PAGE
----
Mr. Cass, Sec. of State, to Mr. Schleiden, April 9, 1859, S. Ex. Doc. 38, 36

Cong. 1 sess, 195.
See, also, Mr. Schleiden to Mr. Cass, Nov. 28, 1839; Mr. Cass to Mr.

Schleiden, Jan. 26, 1860, S. Ex. Doc. 38, 36 Cong. 1 sess, 211, 222.

“ The position of the United States, as communicated to the minister at Berlin for the information of the Prussian Government, is that native-born Prussians naturalized in the United States and returning to the country of their birth are not liable to any duties or penalties, except such as were existing at the period of their emigration. If at that time they were in the army or actually called into it, such emigration and naturalization do not exempt them from the legal penalty which they incurred by their desertion, but this penalty may be enforced against them whenever they shall voluntarily place themselves within the local jurisdiction of their native country, and shall be proceeded against according to law. But when no present liabilities exist against them at the period of their emigration, the law of nations, in the opinion of this Government, gives no right to any country to interfere with naturalized American citizens, and the attempt to do so would be considered an act unjust in itself and unfriendly towards the United States. This question can not, of course, arise in the case of a naturalized citizen who remains in the United States. It is only when he voluntarily returns to his native country that its local laws can be enforced against him.

Mr. Cass, Sec. of State, to Mr. Hofer, June 14, 1859, 50 MS. Dom. Let. 389.
In an instruction to the American minister at Berlin, to which the fore-

going letter refers, Mr. Cass said: “If the future liability to do mili-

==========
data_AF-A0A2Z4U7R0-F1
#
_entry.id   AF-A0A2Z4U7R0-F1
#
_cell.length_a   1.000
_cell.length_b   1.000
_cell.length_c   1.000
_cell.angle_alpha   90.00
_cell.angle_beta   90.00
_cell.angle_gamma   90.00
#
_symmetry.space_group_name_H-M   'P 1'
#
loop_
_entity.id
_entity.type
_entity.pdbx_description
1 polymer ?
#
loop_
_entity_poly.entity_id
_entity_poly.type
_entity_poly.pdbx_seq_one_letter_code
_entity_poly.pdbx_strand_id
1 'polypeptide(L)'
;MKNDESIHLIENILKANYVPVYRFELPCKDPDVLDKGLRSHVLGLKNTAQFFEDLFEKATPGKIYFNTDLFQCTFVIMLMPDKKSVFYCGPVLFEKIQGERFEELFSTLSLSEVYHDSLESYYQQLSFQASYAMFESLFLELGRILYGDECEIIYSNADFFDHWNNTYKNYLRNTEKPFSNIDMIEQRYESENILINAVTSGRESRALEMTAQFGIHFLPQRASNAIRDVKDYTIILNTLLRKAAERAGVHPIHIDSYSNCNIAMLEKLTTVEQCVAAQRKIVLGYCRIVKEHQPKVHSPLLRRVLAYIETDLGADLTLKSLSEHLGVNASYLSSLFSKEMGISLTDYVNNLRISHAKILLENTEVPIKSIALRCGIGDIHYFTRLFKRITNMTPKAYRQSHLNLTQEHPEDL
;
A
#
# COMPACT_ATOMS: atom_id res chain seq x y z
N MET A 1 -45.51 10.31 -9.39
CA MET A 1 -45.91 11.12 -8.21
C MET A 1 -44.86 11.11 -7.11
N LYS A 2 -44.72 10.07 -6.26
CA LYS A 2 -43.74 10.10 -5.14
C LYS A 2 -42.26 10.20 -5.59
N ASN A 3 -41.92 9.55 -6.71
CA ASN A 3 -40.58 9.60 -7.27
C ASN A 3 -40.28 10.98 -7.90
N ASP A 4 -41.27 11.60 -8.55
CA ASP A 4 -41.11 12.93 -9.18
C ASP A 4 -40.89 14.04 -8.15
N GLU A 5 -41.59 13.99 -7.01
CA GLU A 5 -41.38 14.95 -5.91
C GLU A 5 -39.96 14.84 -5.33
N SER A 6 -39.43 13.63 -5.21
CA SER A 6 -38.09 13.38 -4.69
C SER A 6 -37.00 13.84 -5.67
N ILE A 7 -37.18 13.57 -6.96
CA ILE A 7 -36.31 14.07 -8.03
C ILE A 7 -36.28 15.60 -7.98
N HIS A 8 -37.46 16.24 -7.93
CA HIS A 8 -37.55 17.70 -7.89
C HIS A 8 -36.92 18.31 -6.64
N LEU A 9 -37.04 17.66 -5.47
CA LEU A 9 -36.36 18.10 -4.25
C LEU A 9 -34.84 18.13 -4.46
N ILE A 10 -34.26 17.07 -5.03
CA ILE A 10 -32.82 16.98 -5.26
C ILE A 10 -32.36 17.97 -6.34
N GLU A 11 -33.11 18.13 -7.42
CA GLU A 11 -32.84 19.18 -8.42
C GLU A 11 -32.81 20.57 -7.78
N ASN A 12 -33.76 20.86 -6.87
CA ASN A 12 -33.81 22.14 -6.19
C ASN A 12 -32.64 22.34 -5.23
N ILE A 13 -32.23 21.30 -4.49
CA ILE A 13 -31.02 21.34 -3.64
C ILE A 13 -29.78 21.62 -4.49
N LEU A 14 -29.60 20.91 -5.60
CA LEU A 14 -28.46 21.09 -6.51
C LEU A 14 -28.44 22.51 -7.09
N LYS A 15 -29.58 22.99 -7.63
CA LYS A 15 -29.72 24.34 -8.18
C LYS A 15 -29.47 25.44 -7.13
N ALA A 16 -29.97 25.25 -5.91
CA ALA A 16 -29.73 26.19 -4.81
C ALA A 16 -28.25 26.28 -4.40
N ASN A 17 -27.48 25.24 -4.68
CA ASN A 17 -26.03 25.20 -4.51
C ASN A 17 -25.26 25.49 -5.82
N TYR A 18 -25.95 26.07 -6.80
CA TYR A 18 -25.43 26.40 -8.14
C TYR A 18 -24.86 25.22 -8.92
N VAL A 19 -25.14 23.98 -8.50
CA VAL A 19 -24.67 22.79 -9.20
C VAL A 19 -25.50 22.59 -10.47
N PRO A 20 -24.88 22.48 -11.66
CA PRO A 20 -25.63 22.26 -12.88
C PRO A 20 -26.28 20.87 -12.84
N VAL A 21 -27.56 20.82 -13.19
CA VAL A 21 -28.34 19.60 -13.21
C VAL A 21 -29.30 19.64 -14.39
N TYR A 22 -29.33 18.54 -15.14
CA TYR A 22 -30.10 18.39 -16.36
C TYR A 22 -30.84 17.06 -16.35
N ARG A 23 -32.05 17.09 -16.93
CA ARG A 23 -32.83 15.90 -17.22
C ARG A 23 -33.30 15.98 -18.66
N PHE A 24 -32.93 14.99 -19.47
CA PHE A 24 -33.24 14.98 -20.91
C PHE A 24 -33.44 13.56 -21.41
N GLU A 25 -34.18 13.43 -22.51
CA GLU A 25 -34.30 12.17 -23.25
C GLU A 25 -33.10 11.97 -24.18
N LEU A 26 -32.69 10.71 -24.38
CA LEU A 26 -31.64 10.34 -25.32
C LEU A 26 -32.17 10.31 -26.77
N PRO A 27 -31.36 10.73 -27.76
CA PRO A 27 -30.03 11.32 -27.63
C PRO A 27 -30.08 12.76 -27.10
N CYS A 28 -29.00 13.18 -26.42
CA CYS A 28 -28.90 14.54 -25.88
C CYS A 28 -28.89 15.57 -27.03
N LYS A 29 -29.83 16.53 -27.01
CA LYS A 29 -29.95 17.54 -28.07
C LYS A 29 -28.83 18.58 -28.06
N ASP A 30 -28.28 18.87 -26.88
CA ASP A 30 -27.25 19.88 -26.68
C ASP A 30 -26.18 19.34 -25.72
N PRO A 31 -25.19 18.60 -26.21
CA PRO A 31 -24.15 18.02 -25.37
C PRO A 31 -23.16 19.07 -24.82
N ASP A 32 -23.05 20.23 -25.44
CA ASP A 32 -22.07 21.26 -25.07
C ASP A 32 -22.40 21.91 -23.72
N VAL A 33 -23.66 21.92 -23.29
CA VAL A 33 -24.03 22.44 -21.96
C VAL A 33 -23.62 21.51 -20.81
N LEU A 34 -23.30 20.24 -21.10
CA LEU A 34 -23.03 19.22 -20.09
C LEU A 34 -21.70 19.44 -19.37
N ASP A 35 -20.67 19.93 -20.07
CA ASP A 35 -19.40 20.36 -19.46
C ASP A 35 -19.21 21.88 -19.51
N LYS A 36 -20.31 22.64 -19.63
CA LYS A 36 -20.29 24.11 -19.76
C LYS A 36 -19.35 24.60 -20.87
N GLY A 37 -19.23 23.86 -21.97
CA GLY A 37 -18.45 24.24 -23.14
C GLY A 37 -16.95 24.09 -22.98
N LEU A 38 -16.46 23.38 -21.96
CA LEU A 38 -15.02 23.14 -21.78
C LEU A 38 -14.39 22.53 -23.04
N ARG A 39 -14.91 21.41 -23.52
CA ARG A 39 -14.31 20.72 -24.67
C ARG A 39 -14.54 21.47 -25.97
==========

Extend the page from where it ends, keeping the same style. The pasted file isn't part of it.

tary duty creates a perpetual obligation wherever the party may be,
and whatever other responsibilities he may have incurred, the same
principle will enable a Government to prevent its subjects or citi.
zens from ever leaving its dominions or changing their home. It
would be a practical denial of all right of expatriation, and a full
assertion of the doctrine of perpetual allegiance." (Mr. Cass, Sec.
of State, to Mr. Wright, min. to Prussia, May 12, 1859, MS. Inst.

Prussia XIV. 274.)
With reference to his letter to Mr. Hofer of the 14th of June, Mr. Cass

said: "The proper application of this principle to cases as they arise
depends on the existing facts, and it is not the practice of the
Department to anticipate such cases and pronounce its opinion upon
them in advance." (Mr. Cass, Sec. of State, to Mr. Peebles, June

21, 1859, 50 MS. Dom. Let. 417.) See, also, Mr. Cass, Sec. of State, to Mr. Cushing, June 16, 1859; to Mr.

Osterle, June 24, 1859 : 50 MS. Dom. Let. 404, 427.

Christian Ernst, a native of Hanover, emigrated to the United

States in 1851, when nineteen years of age. In FebCase of Christian

ruary, 1859, he was naturalized, and in the folErnst.